The recent work by the US Army Corps of Engineers to relieve some of the flooding on the Mississippi River near Cairo, Illinois brings up several interesting topics for debate, including the priorities of the Corps, the long-term effects of flooding on an agricultural area, and the political quagmire that can occur when two distinct municipalities -- in this case Illinois and Missouri -- have vastly different ideas on the proper methodology of flood control.

In case you weren't aware yet, on Monday (May 2), the US Army Corps intentionally detonated a section of river levee along the Missouri shore, activating the Birds Point New Madrid Floodway in an effort to limit the effects of flooding on Cairo, Ill., which is located across the river. An explosive slurry was piped into the levee and detonated Monday evening, allowing nearly 550,000 cubic-feet per second of Mississippi and Ohio River floodwaters to drain into the floodway.

The Birds Point New Madrid Floodway, designed by the Corps specifically for this purpose, was originally built after the disastrous 1927 flood. However, even with such a significant volume of water being diverted from the confluence of the Mississippi and Ohio Rivers, "Corps hydrologists estimate it will take 45-60 days for water to recede from the floodway . . . and another 21-30 days for the land to dry out." (US Army Corps of Engineers)

See a map of the area: (Google Maps)

This link shows two images courtesy of NASA, the first from April 29th and the second from May 3rd, a day after the levee was destroyed: (Southeast Missourian)

The topic of politics arises due to the fact that the floodwaters are being directed on to agricultural land in Missouri, in order to spare commercial and residential land in Illinois. The Missouri Legislature even went so far as to appeal to the U.S. Supreme Court to halt the demolition, but were denied.

For the farmers whose croplands are now underwater, this means the loss of millions of dollars: lost seed, lost planting time, and in many cases, lost topsoil. According to Rick Cruse, a professor of agronomy professor at Iowa State University and director of the university's Iowa Water Center, those with land near the levees will find that topsoil has been washed away, while those farther away will have to deal with debris that has washed onto their land. Additionally, "pollutants and chemicals in the water is another concern, but that threat is largely eased by the sheer volume of water that diluted those substances."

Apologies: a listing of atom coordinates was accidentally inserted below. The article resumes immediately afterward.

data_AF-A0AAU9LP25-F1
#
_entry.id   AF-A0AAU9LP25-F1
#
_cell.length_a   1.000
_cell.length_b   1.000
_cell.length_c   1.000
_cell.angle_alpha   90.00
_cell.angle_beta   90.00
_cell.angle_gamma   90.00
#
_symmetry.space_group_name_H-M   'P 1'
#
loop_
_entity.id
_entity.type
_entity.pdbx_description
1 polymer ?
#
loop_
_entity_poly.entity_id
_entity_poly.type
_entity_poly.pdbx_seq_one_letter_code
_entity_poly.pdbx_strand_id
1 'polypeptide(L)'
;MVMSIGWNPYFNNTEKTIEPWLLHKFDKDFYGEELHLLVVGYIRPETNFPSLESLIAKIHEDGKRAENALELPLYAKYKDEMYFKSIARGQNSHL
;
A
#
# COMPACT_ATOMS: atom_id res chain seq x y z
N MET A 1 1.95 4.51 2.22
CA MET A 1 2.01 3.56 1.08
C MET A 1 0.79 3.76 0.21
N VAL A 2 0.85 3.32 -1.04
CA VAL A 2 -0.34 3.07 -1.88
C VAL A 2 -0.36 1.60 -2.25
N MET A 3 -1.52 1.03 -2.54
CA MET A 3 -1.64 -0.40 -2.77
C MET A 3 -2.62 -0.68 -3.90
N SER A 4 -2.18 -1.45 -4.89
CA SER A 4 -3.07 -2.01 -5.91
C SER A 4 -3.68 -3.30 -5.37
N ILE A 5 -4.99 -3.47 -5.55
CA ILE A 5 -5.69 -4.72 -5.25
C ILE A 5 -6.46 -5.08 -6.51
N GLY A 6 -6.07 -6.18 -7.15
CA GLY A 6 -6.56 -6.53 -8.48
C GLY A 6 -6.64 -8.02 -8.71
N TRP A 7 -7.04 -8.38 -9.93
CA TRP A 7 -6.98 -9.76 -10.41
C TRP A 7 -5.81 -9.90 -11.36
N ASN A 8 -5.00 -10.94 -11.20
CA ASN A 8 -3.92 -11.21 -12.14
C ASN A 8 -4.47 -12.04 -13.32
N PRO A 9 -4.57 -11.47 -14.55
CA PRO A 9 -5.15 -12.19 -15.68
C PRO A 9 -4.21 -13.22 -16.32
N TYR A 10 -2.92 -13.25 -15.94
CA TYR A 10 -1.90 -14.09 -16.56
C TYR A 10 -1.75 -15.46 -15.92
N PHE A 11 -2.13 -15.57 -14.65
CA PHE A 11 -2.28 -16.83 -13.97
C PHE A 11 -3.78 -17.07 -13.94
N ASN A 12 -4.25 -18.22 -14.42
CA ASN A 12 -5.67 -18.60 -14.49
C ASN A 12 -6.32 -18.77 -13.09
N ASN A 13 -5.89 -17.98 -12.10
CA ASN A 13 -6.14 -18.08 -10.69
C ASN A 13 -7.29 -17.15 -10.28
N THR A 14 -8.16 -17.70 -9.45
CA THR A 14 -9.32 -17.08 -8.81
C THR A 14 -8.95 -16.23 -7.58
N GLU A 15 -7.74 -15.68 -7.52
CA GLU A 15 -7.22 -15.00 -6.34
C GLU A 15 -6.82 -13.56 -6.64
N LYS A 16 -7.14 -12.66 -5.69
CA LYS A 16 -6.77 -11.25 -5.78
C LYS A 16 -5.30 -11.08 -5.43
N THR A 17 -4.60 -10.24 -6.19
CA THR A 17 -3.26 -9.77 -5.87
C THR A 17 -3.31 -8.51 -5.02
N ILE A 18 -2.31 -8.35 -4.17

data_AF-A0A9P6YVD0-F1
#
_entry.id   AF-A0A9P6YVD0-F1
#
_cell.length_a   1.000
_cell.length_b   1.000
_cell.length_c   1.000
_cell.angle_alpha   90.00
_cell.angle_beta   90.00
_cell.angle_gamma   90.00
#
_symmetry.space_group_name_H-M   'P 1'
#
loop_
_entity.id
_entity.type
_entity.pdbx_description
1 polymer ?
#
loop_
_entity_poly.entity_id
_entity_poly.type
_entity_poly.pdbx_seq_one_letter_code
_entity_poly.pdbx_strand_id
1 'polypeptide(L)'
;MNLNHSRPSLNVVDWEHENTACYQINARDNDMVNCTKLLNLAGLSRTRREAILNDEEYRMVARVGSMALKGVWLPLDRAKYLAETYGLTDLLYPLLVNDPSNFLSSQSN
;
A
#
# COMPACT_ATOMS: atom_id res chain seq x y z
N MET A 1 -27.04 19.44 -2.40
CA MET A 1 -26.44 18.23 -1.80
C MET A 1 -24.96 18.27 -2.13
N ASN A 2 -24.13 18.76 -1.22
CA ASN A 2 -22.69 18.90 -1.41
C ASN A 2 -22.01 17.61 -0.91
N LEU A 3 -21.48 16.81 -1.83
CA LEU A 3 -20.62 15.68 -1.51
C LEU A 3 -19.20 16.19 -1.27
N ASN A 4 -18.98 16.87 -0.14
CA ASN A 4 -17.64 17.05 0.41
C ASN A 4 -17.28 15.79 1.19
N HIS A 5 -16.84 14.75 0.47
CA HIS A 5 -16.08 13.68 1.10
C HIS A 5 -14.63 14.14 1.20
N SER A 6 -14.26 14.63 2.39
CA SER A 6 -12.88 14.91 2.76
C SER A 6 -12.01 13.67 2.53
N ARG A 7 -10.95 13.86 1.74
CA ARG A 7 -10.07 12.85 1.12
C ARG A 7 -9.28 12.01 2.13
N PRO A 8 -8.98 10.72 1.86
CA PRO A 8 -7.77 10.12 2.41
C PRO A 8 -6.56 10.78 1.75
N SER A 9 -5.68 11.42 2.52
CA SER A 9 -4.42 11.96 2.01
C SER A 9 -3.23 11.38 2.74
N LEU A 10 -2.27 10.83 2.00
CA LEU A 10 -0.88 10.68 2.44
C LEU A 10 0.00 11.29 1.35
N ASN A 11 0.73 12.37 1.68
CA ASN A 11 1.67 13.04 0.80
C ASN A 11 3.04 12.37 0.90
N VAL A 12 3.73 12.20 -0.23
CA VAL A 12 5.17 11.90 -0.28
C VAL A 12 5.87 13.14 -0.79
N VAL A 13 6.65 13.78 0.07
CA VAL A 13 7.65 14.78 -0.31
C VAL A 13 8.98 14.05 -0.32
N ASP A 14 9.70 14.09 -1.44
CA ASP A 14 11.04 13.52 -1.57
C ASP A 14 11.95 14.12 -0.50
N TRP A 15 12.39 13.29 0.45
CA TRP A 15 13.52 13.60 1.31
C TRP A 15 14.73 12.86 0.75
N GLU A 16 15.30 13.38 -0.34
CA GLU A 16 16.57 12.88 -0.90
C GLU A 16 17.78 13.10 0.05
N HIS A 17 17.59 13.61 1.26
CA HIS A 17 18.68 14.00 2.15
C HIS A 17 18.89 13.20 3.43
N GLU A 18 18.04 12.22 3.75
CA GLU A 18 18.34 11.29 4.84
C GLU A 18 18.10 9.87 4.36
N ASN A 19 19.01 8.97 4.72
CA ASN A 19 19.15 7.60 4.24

Given these circumstances -- a record amount of rainfall (portions of the Ohio River have seen more than 25 inches of rain in the month of April alone), a river system that has no concern for state boundaries or any law besides gravity, and the potential for significant flooding of Cairo, IL -- is there a better choice of action that the Corps could have taken? How does the Corps determine its priorities in regard to flood control? Should loss of livelihood trump potential loss of life, even though most of Cairo's 2800 residents had already been evacuated before the levee was detonated? What do you think?

A New York Times article published late last week raises important questions about the connections between farming in the Midwest, the nation's "cheap food" policy, flooding in the Mississippi, and the Gulf of Mexico hypoxia, or "dead zone."

And contrary to what a lot of advocacy and trade organizations say, the answers are not simple, or a simple case of "us vs. them."

Yes it is true that most of the contributing pollution from the Mississippi River that causes the Gulf hypoxia comes from Midwestern farms.

And yes it is true that the excessive floods of this spring and summer have pushed that water, often referred to as a "nasty chemical stew" into peoples' yards and houses, across their parks and cities.

So there's an immediate problem, and, true to our nature as human beings, we want to find someone to blame and a simple solution.